Kodak has returned to more profitable ways after announcing a $283 million net income during the first quarter of 2013.
It is widely known that Kodak has filed for Chapter 11 protection back in January 2012. The company went bankrupt even though it is regarded as one of the most innovative imaging companies of all time and the inventor of the digital camera.
Kodak Q1 2013 earnings report: $283 million profit
A long history does not guarantee success, but it also does not mean that Kodak should give up. Despite the fact that its losses for 2012 reached an amount of over $1.3 billion, CEO Antonio Perez stated that the company will emerge out of bankruptcy sometime in mid-2013.
It appears that Perez is right, as the company provided good news in the space of less than 24 hours. Yesterday, Kodak handed over its personalized imaging and document imaging business to the UK Pension Plan, in order to pay a debt of $2.8 billion. Now, the firm has reported a quarterly profit of $283 million.
The Rochester-based company is back on track after a long run of negative balances. In the first quarter of 2012, Kodak announced a loss off $366 million, therefore the news that the company made a successful comeback to profit in such a short amount of space is encouraging.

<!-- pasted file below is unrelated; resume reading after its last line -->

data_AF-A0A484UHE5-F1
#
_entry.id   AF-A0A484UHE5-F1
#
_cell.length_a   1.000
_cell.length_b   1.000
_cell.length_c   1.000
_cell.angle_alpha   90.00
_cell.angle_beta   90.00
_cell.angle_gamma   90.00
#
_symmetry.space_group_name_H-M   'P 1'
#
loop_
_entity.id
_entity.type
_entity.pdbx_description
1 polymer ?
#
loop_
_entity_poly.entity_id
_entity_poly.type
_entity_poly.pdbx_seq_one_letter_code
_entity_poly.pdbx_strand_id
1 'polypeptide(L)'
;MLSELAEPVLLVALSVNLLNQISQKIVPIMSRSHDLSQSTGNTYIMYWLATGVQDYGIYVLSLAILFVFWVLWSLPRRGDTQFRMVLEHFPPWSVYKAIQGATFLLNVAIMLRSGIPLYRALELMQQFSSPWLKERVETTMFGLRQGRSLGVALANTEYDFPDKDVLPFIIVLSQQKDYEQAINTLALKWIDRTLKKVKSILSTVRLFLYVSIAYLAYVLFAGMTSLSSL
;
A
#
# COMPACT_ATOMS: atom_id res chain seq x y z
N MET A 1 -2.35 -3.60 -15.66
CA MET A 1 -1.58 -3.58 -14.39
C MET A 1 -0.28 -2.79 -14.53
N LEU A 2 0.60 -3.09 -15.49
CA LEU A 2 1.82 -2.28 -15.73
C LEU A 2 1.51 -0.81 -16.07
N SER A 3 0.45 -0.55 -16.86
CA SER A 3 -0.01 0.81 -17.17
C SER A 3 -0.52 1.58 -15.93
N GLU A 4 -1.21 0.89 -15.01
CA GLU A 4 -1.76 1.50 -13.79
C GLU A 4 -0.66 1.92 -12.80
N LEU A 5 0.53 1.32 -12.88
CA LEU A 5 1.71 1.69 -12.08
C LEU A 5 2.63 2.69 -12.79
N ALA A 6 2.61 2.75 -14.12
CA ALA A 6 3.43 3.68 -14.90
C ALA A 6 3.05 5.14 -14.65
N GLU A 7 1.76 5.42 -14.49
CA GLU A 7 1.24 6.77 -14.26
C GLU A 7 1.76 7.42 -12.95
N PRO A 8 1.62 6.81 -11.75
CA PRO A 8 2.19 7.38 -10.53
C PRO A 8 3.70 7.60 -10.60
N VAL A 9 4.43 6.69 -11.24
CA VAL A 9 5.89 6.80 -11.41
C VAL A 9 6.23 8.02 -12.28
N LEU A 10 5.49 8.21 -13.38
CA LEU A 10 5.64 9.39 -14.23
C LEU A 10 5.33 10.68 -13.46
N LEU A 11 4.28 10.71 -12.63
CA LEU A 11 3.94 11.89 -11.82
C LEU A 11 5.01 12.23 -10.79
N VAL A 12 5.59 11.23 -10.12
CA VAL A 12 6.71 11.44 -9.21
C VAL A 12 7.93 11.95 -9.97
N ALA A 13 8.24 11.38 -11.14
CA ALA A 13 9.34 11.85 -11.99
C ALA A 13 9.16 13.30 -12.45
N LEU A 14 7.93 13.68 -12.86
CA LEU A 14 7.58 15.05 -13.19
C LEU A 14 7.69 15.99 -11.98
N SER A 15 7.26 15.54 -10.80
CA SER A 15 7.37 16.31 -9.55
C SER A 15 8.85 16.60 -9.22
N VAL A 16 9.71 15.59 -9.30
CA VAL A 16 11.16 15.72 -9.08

Patent portfolio sale accounted for most of the money
Most of the profit comes from the sale of its digital imaging patents to several companies, such as Microsoft, Google, Apple, and Facebook for an amount of $538 million, not $527 million as previously reported.
However, some of its businesses are still losing money. The Digital Printing and Enterprise subsidiary lost $8 million. Even though it is a loss, it should be compared to the $89 million one in Q1 2012.
On the other hand, the Graphics, Entertainment, and Commercial Films subsidiary announced a profit of $38 million, which can be put in contradiction with the $84 million loss just one year earlier.
Experts believe that Kodak will announce its emergence out of bankruptcy sometime over the following months, shortly after the regulators will approve the handing over of its personalized and document imaging businesses to UK retirees.